Deathscapes

Villawood 4c - A Fear of Persecution

Deathscapes

A Fear of Persecution

Josefa Rauluni had stated that he had been active in the Fiji Democracy and Freedom Movement (FDFM) and was fearful of what he could face if returned. He insisted that he needed to remain in Australia until after the Fijian election and indicated that if he was sent back he would face seven years in jail under the current regime.

Mr Rauluni first arrived in Australia on a three month Tourist Visa in November 2008. He applied for a protection visa in early March 2009 and made various attempts to extend his visa in Australia. His application for protection was refused in August 2009, he was subsequently issued successive Bridging Visas while he appealed the decision in the Refugee Review Tribunal (RRT).

Deposed Fijian Prime Minister Laisenia Qarese, who had been Prime Minister from 2000 until he was ousted by military leader Frank Bainimarama in 2006,  reportedly pleaded with Australian authorities to grant Josefa Rauluni asylum. In a letter submitted to the RRT, Mr Qarase stated ‘Under the current circumstances in Fiji, Mr Rauluni runs the risk of been taken in by the regime if he returns.’ Despite this, the RRT confirmed its original negative decision.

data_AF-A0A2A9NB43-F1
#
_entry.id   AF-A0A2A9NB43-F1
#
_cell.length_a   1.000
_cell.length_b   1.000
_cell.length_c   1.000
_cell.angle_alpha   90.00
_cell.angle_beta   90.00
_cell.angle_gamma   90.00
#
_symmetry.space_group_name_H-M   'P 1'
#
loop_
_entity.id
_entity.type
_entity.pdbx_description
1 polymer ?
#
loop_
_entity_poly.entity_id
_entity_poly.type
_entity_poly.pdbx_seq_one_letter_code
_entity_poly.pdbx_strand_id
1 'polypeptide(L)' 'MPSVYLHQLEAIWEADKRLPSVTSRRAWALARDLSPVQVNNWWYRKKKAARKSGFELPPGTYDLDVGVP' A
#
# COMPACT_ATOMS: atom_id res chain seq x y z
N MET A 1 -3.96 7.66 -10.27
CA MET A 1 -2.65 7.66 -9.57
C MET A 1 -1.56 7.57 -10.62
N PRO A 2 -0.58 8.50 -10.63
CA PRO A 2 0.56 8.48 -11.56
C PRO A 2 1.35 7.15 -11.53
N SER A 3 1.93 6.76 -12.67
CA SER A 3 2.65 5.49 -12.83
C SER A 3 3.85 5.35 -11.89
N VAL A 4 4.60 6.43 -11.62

[BREAK]


‘…[Mr Rauluni] mentioned that he, that the only way he can – he will go back to his country is to send his dead body back to Fiji in a box.’

Felix Faisal Edian (Client Service Manager)


On the day of his death, Josefa Rauluni gave documents to Villawood’s Client Service Manager which described a method of torture being used in Fiji. In her evidence, one of the Serco officers, Ms Aiono-Laga, stated that Mr Rauluni was saying, ‘I’ll jump if you try and make me go, don’t you know what’s going on in Fiji, I can’t go back there.’

In March 2011, Amnesty International were calling for urgent action to stop the arbitrary detention, torture and other ill-treatment of human rights and democracy activists in Fiji. Human rights violations in the country had been documented since the military coup in 2006. By the end of 2009 there were allegations of several men being detained for distributing political material critical of the government. A report by Amnesty International, ‘Beating Justice: How Fiji’s Security Forces Get Away with Torture‘, published in December 2016, details how case of torture and ill-treatment remain ongoing.

 


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